The edifice Cooke has constructed will inevitably come under scrutiny and may even come tumbling down. First there is the manager's appointment, for which the England A manager and coach, Jack Rowell and Peter Rossborough, as well as the England selector John Elliott are obvious candidates.

Who gets the job will depend on whether the role remains as powerful as under Cooke or is reduced to the merely organisational as it is in Australia and New Zealand. There are other questions. Will the new man, like Cooke before him, be empowered to choose his own coaches, and if so, where would that leave the present incumbents, Dick Best and Mike Slemen?

And what will be the effect of the severing of the symbiotic relationship between Cooke and Carling?

After all, the new manager would owe none of the intense, protective loyalty that Cooke has given since Carling was given the responsibility in 1988.

Whoever takes it on will receive a richer bequest than Cooke did in

October 1987. During his managership England have won 33 games, lost 13 and drawn one, defeating all the major rugby countries and promoting rugby union to unprecedented popularity.

'Geoff's retirement will cause a considerable sense of loss, not only for me but for all the England players who have played for him,' Carling said. 'It is my belief that he has been the prime mover in England's change of fortune since he took over.' From one so close, it was an oddly muted farewell.

----------------------------------------------------------------- THE COOKE ERA ----------------------------------------------------------------- 1991 World Cup finalists (beaten 12-6 by Australia) 1991 Grand Slam 1992 Grand Slam (first back-to-back Grand Slams since England 1923 and 1924) ----------------------------------------------------------------- FIVE NATIONS' CHAMPIONSHIP ----------------------------------------------------------------- 1988 . . . . . . . . . . . . . . . . .3rd 1989 . . . . . . . . . . . . . . . . .2nd= 1990 . . . . . . . . . . . . . . . . .2nd 1991 . . . . . . . . . . . . . . . . .1st 1992 . . . . . . . . . . . . . . . . .1st 1993 . . . . . . . . . . . . . . . . .3rd ----------------------------------------------------------------- OVERALL RECORD ----------------------------------------------------------------- P W D L F A 47 33 1 13 1,029 518 -----------------------------------------------------------------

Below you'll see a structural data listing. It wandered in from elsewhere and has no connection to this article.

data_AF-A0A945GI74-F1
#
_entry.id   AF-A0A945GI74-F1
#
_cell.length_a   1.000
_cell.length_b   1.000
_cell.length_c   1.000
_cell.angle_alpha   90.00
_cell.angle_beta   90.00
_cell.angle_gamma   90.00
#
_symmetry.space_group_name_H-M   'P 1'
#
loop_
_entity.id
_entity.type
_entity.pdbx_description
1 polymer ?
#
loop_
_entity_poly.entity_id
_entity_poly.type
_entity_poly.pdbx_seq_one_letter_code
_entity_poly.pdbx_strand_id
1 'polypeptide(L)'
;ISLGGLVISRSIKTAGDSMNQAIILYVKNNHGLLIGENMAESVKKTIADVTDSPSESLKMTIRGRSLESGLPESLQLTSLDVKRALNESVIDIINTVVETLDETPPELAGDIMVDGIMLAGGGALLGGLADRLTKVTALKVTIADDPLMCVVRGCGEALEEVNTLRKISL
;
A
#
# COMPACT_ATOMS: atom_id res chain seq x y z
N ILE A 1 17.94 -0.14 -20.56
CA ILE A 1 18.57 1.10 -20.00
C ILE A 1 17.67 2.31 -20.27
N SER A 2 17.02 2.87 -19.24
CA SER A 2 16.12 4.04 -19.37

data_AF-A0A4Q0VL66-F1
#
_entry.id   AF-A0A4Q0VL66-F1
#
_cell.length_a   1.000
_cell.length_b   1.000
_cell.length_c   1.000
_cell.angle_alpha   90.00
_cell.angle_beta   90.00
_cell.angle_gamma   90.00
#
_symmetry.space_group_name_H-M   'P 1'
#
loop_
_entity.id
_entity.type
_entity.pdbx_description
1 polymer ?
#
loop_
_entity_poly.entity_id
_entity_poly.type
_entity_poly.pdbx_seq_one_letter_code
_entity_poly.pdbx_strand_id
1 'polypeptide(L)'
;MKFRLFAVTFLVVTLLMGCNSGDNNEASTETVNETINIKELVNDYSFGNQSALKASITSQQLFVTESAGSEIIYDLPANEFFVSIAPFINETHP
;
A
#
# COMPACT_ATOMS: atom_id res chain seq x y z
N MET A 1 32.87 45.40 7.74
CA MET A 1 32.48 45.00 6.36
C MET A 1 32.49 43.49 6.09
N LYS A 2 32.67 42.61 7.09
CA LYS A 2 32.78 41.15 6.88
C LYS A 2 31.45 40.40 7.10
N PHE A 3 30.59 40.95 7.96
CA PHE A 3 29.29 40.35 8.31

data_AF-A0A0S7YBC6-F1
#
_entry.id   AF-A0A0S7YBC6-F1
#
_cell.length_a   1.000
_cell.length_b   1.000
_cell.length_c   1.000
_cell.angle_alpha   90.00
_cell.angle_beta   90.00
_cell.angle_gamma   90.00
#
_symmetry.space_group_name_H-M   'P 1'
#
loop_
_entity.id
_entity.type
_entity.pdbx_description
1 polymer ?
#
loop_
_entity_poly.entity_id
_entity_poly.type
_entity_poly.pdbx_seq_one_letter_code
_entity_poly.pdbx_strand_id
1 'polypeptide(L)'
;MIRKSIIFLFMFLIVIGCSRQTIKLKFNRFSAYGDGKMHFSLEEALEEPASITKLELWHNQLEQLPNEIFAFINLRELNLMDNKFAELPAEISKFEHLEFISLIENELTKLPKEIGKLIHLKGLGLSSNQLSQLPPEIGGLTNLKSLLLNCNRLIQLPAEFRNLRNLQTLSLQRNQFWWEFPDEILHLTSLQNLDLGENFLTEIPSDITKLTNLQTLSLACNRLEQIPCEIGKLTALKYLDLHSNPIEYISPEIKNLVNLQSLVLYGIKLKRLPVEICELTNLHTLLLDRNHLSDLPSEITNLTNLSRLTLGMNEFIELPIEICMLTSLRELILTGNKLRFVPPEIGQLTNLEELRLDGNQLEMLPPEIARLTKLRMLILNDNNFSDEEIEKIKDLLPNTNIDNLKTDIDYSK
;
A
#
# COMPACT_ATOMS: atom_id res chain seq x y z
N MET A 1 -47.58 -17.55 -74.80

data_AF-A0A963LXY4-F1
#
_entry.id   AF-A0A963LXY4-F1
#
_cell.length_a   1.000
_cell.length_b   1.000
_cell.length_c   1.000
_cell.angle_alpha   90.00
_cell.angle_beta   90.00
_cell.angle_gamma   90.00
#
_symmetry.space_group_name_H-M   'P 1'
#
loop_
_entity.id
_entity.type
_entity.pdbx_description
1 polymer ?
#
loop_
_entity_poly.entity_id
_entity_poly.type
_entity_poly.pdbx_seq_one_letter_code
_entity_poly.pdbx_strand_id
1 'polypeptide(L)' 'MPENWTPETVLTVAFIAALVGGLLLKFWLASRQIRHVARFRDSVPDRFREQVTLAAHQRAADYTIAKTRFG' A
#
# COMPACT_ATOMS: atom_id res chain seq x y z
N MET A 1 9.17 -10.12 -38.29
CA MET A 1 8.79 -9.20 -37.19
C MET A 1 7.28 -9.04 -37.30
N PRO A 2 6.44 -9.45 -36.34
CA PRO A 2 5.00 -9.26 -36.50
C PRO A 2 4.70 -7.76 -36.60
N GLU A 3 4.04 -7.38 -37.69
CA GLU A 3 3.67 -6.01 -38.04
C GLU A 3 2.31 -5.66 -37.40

THE POSSIBLE SUCCESSORS

JACK ROWELL

Bath coach, former England A manager

Rowell is the most successful coach in England, having seen Bath to the cup seven times and the league four times in 10 years. But he has also become an England insider, first as a successful England B coach and then, more reluctantly, as manager of the A-side when the letter was changed.

PETER ROSSBOROUGH

England A manager

The ex-England full-back, capped seven times in the early 1970s, has already been an England manager. When Cooke was in New Zealand managing the Lions last summer, Rossborough was heading the England tour to Canada. Coach of the Midlands and formerly of Coventry, he succeeded Rowell as England A coach this season.

JOHN ELLIOTT

England selector, Under-21 manager

Elliott, a hooker for Nottingham in his playing days, has been Cooke's faithful lieutenant since he became a selector in the first batch of appointments after Cooke's own installation in 1987. Elliott's managerial experience comes from the England Under-21 side.

Five Nations Focus,

Pilkington Cup draw, page 34

(Photograph omitted)